Mandakini valley and the Alakananda gorge. They are so remotely located that
except Rudranath, the other four are still not accessible by motorable roads but
reached by strenuous trekking, starting from late April or early May till early
October. For the rest of year (the winter season), the shrines are closed due to heavy
snowfall. Rudranath is accessible throughout the year by a short trek of about 3 km Chaukhamba peak
(2 mi) from the nearest road head. (See External links for schematic maps of the
locations of Panch Kedar).[2]

The village of Kedarnath is on the edge of Kedarnath mountain slope in a remote


northern part of the Garhwal Himalayas. Kedarnath ranges drain into the Mandakini
River that emerges from the steady edge of the Churabre glacier and forms the
picturesque Mandakini valley. The Dudhganga, Madhuganga, Swargaduari and
Saraswathi are the streams that flow in the valley behind the Kedarnath temple. Also
seen close to the temple are four sacred ponds called Retah, Udak, Rudra and
Rishi.[2] Tunganath has an impressive backdrop of the peaks of Panchulli, Nanda
Devi, Dunagiri, Kedarnath and Bandar Poonch. The Vaitarani stream flows near Trishul peak
Rudranath.[8] Kalpeshwar is located in the Urgam valley in a dense forest area.
Urgam Valley has apple orchards, terraced fields where potato is grown extensively.
.[11]
Kalp Ganga river, a tributary of the Alaknanda, flows through the valley

Access by trekking
The Panch Kedar temples are accessible by only from the nearest road heads but in
different directions, lengths and scale of difficulty (ruggedness, steepness and snow
cover). The trek routes located in the Garhwal region provide a dazzling and
enchanting display of the high snow peaks of Nanda Devi (7,817 m or 25,646 ft),
Nanda Devi Peak
Trishul (7,120 m or 23,360 ft) and Chaukhamba (7,138 m or 23,419 ft). Garhwal region is where the most worshipped Ganga River
[11]
and its many tributaries originate adding to the reverence of the Panch Kedar temples.

The total trek length to cover all the five temples of Panch Kedar is about 170 km (110 mi) (including road travel up to Gaurikund),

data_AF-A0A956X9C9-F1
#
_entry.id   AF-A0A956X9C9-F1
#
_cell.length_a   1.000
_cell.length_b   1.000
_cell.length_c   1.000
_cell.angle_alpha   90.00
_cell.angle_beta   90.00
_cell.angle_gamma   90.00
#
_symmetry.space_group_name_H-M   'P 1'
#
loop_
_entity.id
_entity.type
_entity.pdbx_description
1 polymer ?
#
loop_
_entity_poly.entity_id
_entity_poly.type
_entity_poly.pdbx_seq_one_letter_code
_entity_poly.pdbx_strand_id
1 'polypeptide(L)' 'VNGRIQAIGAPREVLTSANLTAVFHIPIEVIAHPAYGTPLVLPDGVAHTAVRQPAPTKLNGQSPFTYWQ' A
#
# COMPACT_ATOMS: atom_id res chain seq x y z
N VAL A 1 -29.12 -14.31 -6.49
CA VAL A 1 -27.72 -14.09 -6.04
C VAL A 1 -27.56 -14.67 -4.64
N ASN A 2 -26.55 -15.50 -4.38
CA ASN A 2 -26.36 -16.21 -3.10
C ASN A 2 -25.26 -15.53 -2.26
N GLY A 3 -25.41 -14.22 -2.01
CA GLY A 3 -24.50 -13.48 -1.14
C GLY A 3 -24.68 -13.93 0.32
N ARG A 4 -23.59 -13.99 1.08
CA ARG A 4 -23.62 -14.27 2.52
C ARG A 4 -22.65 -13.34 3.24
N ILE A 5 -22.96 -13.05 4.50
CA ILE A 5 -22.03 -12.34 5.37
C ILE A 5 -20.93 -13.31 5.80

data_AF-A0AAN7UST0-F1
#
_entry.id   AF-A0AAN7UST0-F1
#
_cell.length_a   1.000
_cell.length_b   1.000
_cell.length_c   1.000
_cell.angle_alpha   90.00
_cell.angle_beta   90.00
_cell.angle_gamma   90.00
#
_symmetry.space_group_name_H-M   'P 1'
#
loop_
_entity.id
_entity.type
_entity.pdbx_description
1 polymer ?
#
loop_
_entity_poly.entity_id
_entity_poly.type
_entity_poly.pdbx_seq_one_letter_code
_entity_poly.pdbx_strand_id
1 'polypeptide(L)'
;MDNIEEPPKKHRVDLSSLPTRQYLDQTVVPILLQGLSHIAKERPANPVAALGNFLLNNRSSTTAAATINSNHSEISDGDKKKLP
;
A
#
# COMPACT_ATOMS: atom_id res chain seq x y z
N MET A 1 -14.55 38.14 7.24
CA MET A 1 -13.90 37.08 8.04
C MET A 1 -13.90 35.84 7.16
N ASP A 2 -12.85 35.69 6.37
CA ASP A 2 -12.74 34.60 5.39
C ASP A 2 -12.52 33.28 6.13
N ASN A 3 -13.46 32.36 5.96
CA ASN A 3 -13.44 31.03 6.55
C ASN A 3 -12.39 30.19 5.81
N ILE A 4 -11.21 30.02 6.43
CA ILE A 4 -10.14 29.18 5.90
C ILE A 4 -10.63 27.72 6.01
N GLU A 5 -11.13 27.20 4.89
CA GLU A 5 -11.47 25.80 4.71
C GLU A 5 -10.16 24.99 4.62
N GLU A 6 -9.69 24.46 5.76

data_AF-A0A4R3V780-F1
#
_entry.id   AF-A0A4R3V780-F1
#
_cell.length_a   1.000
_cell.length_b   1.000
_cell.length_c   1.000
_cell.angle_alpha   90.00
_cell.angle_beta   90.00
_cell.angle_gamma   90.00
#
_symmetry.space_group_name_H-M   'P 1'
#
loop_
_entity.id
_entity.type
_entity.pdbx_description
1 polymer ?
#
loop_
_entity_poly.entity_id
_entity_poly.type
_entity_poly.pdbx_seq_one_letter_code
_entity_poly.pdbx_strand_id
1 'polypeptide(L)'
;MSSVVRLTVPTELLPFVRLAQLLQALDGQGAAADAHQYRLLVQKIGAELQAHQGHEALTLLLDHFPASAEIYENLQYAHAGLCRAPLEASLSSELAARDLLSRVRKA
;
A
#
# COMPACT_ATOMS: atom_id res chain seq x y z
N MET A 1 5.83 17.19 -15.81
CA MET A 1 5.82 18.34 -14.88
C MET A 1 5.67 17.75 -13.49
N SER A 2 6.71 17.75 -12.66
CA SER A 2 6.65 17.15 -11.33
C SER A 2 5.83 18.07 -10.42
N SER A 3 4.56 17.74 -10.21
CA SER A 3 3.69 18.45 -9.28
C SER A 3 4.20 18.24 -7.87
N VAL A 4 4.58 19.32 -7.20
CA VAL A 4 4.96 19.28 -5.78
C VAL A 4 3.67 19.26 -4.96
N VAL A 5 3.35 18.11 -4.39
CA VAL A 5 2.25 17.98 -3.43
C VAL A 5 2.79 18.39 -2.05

involving 16 days of strenuous and rewarding effort. The trek starts from Gauri Kund, one of the picturesque spots, providing
spectacular views of the Himalayan range of hills in the entire Garhwal region, comparable to the Alps.[11] The trekking is
undertaken during two seasons; three months during summer and two months after the monsoon season, as during the rest of the
.[12]
period, except Rudranath, the other four Panch Kedar temples are inaccessible due to snow cover

The road from Rishikesh is the first entry point to Garhwal from the plains of Uttarakhand. Rishikesh is approachable from Delhi by
road over a distance of 230 km (140 mi). The road from Rishikesh leads to the Gaurikhund on the RudraprayagKedarnath road from
where the trekking would start to Kedarnath temple. The trek to Kedarnath is of 14 km (8.7 mi), each way. After Kedarnath, road
travel to Guptakashi and further to Jagasu covers a distance of 30 km (19 mi). From Jagasu, the trek to Madhaymaheshwar temple via
Gaundhar is over a distance of24 km (15 mi). This trek provides spectacular views of the Chaukhamba, the Kedarnath and the
Neelkanth peaks. Returning from Madhyamaheshwar the road drive to Chopta via Jagasu is of 45 km (28 mi). From Chopta, the trek
is to the Tunganath temple over a distance of about 4 km (2.5 mi). After the Tunganath trek, the drive along the road up to Mandal